Rain was just beginning to fall as I came in, and the wind was rising. It promised an ugly night. The alley looked dismal and dreary, and the hall of the house, as I passed through it, felt chilly as a tomb. It was the first stormy night I had experienced in my new quarters. The draughts were awful. They came crisscross, met in the middle of the room, and formed eddies and whirlpools and cold silent currents that almost lifted the hair of my head. I stuffed up the sashes of the windows with neckties and odd socks, and sat over the smoky fire to keep warm. First I tried to write, but found it too cold. My hand turned to ice on the paper.

What tricks the wind did play with the old place! It came rushing up the forsaken alley with a sound like the feet of a hurrying crowd of people who stopped suddenly at the door. I felt as if a lot of curious folk had arranged themselves just outside and were staring up at my windows.

Then they took to their heels again and fled whispering and laughing down the lane, only, however, to return with the next gust of wind and repeat their impertinence. On the other side of my room a single square window opens into a sort of shaft, or well, that measures about six feet across to the back wall of another house. Down this funnel the wind dropped, and puffed and shouted. Such noises I never heard before. Between these two entertainments I sat over the fire in a great-coat, listening to the deep booming in the chimney. It was like being in a ship at sea, and I almost looked for the floor to rise in undulations and rock to and fro.

Oct. 12. -- I wish I were not quite so lonely -- and so poor. And yet I love both my loneliness and my poverty. The former makes me appreciate the companionship of the wind and rain, while the latter preserves my liver and prevents me wasting time in dancing attendance upon women.

Poor, ill-dressed men are not acceptable "attendants".

My parents are dead, and my only sister is -- no, not dead exactly, but married to a very rich man. They travel most of the time, he to find his health, she to lose herself. Through sheer neglect on her part she has long passed out of my life. The door closed when, after an absolute silence of five years, she sent me a cheque for £50 at Christmas. It was signed by her husband! I returned it to her in a thousand pieces and in an unstamped envelope. So at least I had the satisfaction of knowing that it cost her something! She wrote back with a broad quill pen that covered a whole page with three lines, "You are evidently as cracked as ever, and rude and ungrateful into the bargain." It had always been my special terror lest the insanity of my father's family should leap across the generations and appear in me. This thought haunted me, and she knew it. So after this little exchange of civilities the door slammed, never to open again. I heard the crash it made, and, with it, the falling from the walls of my heart of many little bits of china with their own peculiar value -- rare china, some of it, that only needed dusting. The same walls, too, carried mirrors in which I used sometimes to see reflected the misty lawns of childhood, the daisy chains, the wind-torn blossoms scattered through the orchard by warm rains, the robbers' cave in the long walk, and the hidden store of apples in the hayloft. She was my inseparable companion then -- but, when the door slammed, the mirrors cracked across their entire length, and the visions they held vanished forever. Now I am quite alone. At forty one cannot begin all over again to build up careful friendships, and all others are comparatively worthless.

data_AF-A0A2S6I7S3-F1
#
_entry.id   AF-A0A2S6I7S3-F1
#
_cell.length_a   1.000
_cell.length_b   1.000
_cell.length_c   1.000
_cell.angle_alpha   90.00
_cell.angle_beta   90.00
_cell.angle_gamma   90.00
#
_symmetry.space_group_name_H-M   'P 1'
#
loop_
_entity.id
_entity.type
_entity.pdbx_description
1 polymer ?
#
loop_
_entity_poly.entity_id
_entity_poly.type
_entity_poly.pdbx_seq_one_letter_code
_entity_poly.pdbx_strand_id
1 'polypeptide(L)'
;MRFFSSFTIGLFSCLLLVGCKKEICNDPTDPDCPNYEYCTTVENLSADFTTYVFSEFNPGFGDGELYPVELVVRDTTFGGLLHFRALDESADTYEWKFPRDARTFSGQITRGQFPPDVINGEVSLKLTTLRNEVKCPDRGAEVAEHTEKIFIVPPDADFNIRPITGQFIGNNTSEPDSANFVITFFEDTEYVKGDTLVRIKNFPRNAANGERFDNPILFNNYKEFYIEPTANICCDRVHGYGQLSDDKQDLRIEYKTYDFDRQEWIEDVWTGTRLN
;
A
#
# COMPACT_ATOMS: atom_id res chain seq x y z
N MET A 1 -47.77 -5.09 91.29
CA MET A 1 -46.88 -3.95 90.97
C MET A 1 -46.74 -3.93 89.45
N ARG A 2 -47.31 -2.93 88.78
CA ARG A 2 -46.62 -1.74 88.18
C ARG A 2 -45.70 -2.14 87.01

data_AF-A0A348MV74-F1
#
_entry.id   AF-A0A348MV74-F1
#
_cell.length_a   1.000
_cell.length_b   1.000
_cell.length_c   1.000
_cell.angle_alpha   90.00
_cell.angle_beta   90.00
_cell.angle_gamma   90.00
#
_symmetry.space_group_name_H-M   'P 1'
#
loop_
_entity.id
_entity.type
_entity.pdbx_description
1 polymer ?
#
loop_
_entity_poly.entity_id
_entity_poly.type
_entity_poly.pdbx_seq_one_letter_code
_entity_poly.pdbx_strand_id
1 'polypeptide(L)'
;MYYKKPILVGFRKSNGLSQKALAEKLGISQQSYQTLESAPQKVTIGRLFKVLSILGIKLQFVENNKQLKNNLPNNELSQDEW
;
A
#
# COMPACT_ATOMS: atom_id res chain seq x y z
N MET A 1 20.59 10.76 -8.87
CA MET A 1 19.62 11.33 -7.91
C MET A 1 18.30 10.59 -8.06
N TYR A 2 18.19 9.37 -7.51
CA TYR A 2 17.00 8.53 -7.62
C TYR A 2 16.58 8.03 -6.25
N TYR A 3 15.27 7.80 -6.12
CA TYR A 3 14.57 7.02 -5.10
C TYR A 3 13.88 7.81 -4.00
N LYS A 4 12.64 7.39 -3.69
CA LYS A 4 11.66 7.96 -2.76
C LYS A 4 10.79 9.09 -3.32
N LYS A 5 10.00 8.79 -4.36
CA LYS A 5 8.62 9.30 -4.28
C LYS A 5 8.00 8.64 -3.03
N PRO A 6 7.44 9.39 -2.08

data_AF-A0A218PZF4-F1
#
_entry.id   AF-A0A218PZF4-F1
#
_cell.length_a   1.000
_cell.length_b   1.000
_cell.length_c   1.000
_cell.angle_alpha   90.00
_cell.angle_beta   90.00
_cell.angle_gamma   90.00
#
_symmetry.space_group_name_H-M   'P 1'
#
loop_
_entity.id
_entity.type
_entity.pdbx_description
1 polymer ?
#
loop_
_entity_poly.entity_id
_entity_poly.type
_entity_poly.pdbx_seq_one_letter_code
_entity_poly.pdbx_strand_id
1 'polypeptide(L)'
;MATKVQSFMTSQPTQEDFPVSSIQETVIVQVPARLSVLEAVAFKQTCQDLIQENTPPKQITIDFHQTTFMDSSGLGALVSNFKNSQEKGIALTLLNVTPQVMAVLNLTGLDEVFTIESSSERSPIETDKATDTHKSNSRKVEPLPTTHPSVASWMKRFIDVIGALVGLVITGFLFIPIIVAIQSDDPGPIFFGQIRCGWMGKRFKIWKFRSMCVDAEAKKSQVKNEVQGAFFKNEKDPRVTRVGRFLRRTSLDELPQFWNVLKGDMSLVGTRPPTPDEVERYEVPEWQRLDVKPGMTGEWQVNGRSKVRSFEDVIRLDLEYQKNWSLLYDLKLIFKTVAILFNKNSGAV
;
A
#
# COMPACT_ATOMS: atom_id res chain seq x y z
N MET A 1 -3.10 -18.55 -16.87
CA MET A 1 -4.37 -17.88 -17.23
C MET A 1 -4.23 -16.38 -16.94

Oct. 14. -- My bedroom is 10 by 10. It is below the level of the front room, and a step leads down into it. Both rooms are very quiet on calm nights, for there is no traffic down this forsaken alley-way. In spite of the occasional larks of the wind, it is a most sheltered strip. At its upper end, below my windows, all the cats of the neighbourhood congregate as soon as darkness gathers. They lie undisturbed on the long ledge of a blind window of the opposite building, for after the postman has come and gone at 9.30, no footsteps ever dare to interrupt their sinister conclave, no step but my own, or sometimes the unsteady footfall of the son who "is somethink on a homnibus".

Oct. 15. -- I dined at an "A.B.C." shop on poached eggs and coffee, and then went for a stroll round the outer edge of Regent's Park. It was ten o'clock when I got home.1 counted no less than thirteen cats, all of a dark colour, crouching under the lee side of the alley walls. It was a cold night, and the stars shone like points of ice in a blue-black sky. The cats turned their heads and stared at me in silence as I passed. An odd sensation of shyness took possession of me under the glare of so many pairs of unblinking eyes. As I fumbled with the latch-key they jumped noiselessly down and pressed against my legs, as if anxious to be let in. But I slammed the door in their faces and ran quickly upstairs. The front room, as I entered to grope for the matches, felt as cold as a stone vault, and the air held an unusual dampness.